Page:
United States District Court, D. Massachusetts
MEMORANDUM AND ORDER ON DEFENDANT'S MOTION TO
ALLISON D. BURROUGHS, U.S. DISTRICT JUDGE
November 8, 2017, a grand jury returned a twenty-two-count
indictment against Defendant Nicholas A. Boulas
(“Boulas”), charging him with: one count of
corruptly endeavoring to obstruct the Internal Revenue
Service (“IRS”) in violation of 26 U.S.C. §
7212(a) (Count One); four counts of aiding and assisting in
the preparation and presentation of false corporate tax
returns in violation of 26 U.S.C. § 7206(2) (Counts Two
through Five); four counts of aiding and assisting in the
preparation and presentation of false individual tax returns
in violation of 26 U.S.C. § 7206(2) (Counts Six through
Nine); eight counts of aiding and assisting in the
preparation and presentation of false employment tax returns
in violation of 26 U.S.C. § 7206(2) (Counts Ten through
Seventeen); four counts of tax evasion in violation of 26
U.S.C. § 7201 (Counts Eighteen through Twenty-One); and
one count of structuring to evade currency transaction
reports in violation of 31 U.S.C. §§ 5324(a)(3) and
5324(d) and 31 C.F.R. §§ 1010.100, 1010.311, and
1010.313 (Count Twenty-Two). [ECF No. 1 (the
“Indictment”)]. Currently pending before the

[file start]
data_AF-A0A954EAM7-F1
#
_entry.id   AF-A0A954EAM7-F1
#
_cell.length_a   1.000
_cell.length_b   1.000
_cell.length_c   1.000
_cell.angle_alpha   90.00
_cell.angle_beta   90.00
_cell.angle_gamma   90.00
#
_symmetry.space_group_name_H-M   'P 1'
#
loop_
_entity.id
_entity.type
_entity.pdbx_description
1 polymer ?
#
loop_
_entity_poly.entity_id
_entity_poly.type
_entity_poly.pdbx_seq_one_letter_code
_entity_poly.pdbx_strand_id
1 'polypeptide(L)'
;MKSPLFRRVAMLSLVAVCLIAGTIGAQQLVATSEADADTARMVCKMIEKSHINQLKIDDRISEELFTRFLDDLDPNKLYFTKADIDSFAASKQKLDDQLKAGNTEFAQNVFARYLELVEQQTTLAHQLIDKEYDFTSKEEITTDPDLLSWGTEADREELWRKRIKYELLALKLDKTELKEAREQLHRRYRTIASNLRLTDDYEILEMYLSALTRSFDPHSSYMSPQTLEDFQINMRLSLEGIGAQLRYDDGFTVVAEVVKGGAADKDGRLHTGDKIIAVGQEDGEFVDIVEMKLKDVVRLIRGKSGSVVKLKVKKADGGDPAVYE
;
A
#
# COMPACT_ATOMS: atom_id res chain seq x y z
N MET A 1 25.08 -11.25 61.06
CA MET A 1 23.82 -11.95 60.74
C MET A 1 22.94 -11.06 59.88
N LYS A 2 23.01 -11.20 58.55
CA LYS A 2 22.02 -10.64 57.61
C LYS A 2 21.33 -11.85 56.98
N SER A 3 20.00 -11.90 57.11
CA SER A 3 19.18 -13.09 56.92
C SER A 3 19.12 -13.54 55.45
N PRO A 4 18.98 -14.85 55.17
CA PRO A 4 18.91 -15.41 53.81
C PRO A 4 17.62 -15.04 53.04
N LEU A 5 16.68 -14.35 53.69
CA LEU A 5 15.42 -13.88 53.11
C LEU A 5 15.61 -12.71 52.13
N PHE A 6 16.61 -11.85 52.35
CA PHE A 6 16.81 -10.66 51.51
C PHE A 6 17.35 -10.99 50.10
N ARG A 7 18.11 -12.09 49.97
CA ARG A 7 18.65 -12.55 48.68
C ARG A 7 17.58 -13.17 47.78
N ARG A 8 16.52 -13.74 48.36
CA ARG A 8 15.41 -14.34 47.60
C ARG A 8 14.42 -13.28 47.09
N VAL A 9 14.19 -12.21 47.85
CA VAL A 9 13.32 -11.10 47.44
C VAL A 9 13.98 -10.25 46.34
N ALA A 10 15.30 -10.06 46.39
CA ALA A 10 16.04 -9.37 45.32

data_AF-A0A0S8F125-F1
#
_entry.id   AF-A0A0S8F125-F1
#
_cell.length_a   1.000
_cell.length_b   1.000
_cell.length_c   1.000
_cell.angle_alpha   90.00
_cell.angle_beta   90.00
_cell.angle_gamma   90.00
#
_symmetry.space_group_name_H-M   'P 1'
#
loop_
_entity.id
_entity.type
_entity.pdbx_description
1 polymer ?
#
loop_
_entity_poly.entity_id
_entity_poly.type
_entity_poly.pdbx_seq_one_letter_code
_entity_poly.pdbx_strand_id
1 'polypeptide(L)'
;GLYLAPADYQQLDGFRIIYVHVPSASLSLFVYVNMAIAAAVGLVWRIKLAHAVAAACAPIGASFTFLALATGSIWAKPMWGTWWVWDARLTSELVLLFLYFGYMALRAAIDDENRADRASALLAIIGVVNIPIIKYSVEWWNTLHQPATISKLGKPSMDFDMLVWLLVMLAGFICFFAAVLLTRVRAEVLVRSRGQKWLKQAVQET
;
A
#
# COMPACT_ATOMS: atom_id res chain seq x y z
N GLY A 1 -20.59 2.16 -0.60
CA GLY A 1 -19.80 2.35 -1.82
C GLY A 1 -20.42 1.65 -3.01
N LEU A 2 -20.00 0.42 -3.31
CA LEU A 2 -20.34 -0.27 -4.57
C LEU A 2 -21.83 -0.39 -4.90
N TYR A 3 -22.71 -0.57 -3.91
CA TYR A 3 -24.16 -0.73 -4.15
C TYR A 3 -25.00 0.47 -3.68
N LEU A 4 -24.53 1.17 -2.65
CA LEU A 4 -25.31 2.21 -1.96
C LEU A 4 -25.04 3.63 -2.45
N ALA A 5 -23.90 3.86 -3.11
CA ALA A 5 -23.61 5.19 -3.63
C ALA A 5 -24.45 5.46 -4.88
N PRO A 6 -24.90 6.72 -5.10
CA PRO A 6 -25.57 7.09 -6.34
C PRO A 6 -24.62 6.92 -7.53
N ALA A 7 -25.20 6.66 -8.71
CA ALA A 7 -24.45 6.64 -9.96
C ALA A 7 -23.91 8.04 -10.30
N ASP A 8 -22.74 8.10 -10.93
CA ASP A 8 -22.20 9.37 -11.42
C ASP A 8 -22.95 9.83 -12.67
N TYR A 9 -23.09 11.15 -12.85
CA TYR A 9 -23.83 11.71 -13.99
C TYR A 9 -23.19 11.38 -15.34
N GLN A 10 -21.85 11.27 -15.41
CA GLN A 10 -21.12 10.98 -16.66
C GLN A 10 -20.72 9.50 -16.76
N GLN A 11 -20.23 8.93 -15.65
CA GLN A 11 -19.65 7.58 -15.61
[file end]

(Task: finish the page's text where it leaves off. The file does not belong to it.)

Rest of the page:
Court is Boulas' motion to dismiss Counts One through
Seventeen and Count Twenty-Two of the Indictment. [ECF No.
56]. For the reasons stated below, the motion is DENIED.
Indictment alleges the following facts. Boulas owned and
operated Nick's Painting Services, Inc.
(“NPS”), which employed crews of painters to
provide painting services to residential and commercial
clients in the Boston, Massachusetts area. [ECF No. 1 ¶
2.]. He also owned approximately seven residential rental
properties in the Boston, Massachusetts area from which he
collected rent from the tenants. [Id. ¶ 3]. In
essence, the Indictment charges that Boulas engaged in a
scheme to defraud the IRS and the United States Treasury by
failing to report business and personal income derived from
NPS and the rental properties, paying NPS employees in cash
to avoid payroll taxes, and attempting to obstruct and impede
an IRS criminal investigation into his conduct. [Id.
support of this scheme, Boulas allegedly instructed a
substantial portion of NPS customers to pay for services
using checks payable to Boulas, individually. [Id.
¶ 11]. He then deposited and negotiated those checks
using a series of personal bank accounts that he maintained
at several banks, and he did not disclose the receipts on
NPS's tax returns. [Id.]. In an effort to
conceal these business receipts from the IRS, when Boulas
received customer checks made payable in amounts exceeding
$10, 000, he frequently deposited a portion of each check and
requested payment of the remaining balance in amounts less
than $10, 000 in order to avoid triggering the filing of
currency transaction reports (“CTR”).
[Id. ¶ 13].
about January 13, 2015, IRS Criminal Investigation Division
Special Agents interviewed Boulas at his home and asked him
about certain cash and financial transactions involving his
personal bank accounts. [Id. ¶ 20]. During the
interview, he falsely told the Special Agents that he had
reported all of NPS's income to the IRS. [Id.
¶ 21]. Following the interview, Boulas continued to
conceal income generated by NPS, and filed false corporate